18 February 2013
Low fat message out – good fat message in
Heart Foundation welcomes recognition of healthy fats in dietary guidelines
The importance of ‘good fats’ has finally been recognised in Australia’s number one nutrition guideline, the National Heart Foundation of Australia said today.
The National Health and Medical Research Council (NHMRC) today released the 2013 revision of the Australian Dietary Guidelines, which now distinguishes between ‘good’ fats (polyunsaturated and monounsaturated fats) and ‘bad’ fats (saturated and trans fats).
National CEO of the Heart Foundation, Dr Lyn Roberts, welcomed the move away from ‘low fat’ messaging, which she said was a significant change from the previous 2003 guidelines that advised Australians to choose low fat foods.
“Australians have been getting the wrong messages for years – we should certainly be reducing bad fats, but it’s important to replace them with good fats. People should not cut all fats from their diet,” Dr Roberts said.
“Australians are now advised to replace high fat foods which contain predominantly saturated fats such as butter, cream, coconut and palm oil with foods that contain predominantly polyunsaturated and monounsaturated fats such as oils, spreads, nut butters/pastes and avocado.
“It’s good to eat some healthier fats and oils such as canola and olive oil, nuts and fish, as they provide essential nutrients for heart health and protect against heart disease.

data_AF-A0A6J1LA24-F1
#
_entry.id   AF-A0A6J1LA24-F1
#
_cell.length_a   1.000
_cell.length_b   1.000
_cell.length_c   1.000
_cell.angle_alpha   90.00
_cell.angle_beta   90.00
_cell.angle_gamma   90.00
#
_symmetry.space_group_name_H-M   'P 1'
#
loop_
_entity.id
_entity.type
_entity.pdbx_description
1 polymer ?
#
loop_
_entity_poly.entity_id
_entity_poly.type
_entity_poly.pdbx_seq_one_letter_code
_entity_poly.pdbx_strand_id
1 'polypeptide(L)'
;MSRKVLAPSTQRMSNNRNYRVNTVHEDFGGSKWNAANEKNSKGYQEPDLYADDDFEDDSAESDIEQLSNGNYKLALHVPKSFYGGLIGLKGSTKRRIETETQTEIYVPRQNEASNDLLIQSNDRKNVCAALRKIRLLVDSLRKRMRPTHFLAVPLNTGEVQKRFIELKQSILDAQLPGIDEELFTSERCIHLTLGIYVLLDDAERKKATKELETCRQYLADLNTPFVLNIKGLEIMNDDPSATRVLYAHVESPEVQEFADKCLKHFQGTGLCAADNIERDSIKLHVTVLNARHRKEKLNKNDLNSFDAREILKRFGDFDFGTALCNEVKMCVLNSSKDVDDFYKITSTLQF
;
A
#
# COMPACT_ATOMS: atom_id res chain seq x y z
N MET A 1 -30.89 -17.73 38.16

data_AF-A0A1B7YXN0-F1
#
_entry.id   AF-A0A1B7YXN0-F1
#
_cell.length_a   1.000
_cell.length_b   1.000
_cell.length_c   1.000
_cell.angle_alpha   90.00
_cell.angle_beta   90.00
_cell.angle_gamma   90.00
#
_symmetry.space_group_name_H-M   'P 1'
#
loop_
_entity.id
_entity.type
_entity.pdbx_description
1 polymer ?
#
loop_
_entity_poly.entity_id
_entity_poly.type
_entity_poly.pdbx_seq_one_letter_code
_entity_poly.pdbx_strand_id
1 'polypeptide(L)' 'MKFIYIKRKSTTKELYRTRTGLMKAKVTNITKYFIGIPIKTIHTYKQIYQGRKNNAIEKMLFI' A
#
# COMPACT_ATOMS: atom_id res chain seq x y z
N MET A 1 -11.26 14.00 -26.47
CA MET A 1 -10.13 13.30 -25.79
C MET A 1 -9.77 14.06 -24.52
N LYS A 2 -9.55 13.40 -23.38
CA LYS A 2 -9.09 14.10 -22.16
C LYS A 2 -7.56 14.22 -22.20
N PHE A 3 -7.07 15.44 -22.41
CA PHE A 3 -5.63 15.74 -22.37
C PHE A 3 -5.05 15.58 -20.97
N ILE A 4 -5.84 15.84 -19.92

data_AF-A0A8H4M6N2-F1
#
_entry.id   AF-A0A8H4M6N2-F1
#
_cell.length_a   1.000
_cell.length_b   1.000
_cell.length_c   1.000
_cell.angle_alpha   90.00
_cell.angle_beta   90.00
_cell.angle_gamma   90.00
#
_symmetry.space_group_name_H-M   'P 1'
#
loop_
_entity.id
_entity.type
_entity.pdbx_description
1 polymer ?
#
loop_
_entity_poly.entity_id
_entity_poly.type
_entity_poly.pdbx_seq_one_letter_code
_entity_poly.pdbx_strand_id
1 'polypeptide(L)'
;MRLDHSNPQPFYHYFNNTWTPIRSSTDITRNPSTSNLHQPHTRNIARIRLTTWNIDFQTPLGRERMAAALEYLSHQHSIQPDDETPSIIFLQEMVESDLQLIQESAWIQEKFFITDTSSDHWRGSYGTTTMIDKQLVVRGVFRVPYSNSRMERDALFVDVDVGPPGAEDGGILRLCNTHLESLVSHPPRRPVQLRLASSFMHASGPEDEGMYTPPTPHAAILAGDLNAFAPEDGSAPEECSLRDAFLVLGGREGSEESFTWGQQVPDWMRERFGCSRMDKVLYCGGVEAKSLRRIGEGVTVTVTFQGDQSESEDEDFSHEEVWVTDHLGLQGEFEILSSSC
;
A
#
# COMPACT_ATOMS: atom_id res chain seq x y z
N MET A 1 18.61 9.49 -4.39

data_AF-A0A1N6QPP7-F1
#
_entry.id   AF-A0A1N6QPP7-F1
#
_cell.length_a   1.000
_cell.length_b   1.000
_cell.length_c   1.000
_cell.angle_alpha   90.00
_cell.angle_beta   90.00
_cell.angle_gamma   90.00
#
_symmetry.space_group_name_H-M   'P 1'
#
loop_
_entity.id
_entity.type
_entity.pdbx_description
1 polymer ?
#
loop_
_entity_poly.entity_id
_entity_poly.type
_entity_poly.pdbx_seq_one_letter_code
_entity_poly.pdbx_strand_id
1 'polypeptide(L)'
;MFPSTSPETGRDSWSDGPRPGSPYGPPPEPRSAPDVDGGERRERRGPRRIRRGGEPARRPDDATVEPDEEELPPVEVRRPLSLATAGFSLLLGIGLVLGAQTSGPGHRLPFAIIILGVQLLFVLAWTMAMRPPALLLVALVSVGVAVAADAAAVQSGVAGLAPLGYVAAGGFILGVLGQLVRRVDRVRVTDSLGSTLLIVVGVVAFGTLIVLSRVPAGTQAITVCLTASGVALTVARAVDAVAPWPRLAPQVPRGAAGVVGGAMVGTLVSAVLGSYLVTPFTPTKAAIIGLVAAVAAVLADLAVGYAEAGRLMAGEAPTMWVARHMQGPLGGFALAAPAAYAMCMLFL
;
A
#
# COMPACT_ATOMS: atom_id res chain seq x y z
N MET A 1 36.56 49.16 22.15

“Eating too much saturated fat increases the risk of heart disease and we know Aussies are still eating too much of this bad fat. Too much saturated fat contributes to the build up of fatty material, called plaque, on the inside of your blood vessels, clogging your arteries,” she said.
Heart disease is responsible for around 22,000 deaths every year – the number one killer of Australian men and women.
“The Heart Foundation has been advocating for the distinction between ‘good’ fats and ‘bad’ fats and the importance healthier fats have for heart health, so it’s pleasing to see this reflected in the final guidelines,” she said.
“We have an obesity crisis in Australia and the new guidelines will help Australians to understand nutrition and put them on the path to healthier eating.
“The science and evidence around food has been tried and tested to ensure quality evidence underpins our work and after this review the advice hasn’t changed much. Fad diets will come and go, but we still recommend that to maintain good health people should eat a mix of nutritious foods, avoid overeating and limit their intake of saturated fats, added sugars and salt.”
– ends –
Media contact: Emma Bourke
, Media and Communications Manager, 0411 310 997